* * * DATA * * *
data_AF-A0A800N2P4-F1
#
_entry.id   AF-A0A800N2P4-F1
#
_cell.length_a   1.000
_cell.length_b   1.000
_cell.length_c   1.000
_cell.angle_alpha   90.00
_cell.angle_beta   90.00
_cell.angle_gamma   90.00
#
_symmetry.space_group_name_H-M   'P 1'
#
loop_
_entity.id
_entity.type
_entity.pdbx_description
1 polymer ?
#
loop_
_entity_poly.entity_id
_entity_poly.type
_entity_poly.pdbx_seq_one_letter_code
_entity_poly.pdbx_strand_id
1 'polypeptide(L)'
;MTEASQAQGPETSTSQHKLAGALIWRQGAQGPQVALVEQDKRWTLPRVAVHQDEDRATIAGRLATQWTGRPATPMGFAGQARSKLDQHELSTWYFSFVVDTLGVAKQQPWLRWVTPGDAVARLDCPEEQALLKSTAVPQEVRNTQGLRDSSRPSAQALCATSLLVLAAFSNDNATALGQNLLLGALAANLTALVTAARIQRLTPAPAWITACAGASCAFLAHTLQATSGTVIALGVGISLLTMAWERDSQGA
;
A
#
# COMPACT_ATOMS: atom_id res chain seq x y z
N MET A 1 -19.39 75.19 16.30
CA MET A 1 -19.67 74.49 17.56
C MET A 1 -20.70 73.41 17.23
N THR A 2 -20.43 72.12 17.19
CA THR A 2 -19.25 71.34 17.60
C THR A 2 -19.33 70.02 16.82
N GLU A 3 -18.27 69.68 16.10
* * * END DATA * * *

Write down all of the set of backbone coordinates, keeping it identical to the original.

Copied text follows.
data_AF-A0A800N2P4-F1
#
_entry.id   AF-A0A800N2P4-F1
#
_cell.length_a   1.000
_cell.length_b   1.000
_cell.length_c   1.000
_cell.angle_alpha   90.00
_cell.angle_beta   90.00
_cell.angle_gamma   90.00
#
_symmetry.space_group_name_H-M   'P 1'
#
loop_
_entity.id
_entity.type
_entity.pdbx_description
1 polymer ?
#
loop_
_entity_poly.entity_id
_entity_poly.type
_entity_poly.pdbx_seq_one_letter_code
_entity_poly.pdbx_strand_id
1 'polypeptide(L)'
;MTEASQAQGPETSTSQHKLAGALIWRQGAQGPQVALVEQDKRWTLPRVAVHQDEDRATIAGRLATQWTGRPATPMGFAGQARSKLDQHELSTWYFSFVVDTLGVAKQQPWLRWVTPGDAVARLDCPEEQALLKSTAVPQEVRNTQGLRDSSRPSAQALCATSLLVLAAFSNDNATALGQNLLLGALAANLTALVTAARIQRLTPAPAWITACAGASCAFLAHTLQATSGTVIALGVGISLLTMAWERDSQGA
;
A
#
# COMPACT_ATOMS: atom_id res chain seq x y z
N MET A 1 -19.39 75.19 16.30
CA MET A 1 -19.67 74.49 17.56
C MET A 1 -20.70 73.41 17.23
N THR A 2 -20.43 72.12 17.19
CA THR A 2 -19.25 71.34 17.60
C THR A 2 -19.33 70.02 16.82
N GLU A 3 -18.27 69.68 16.10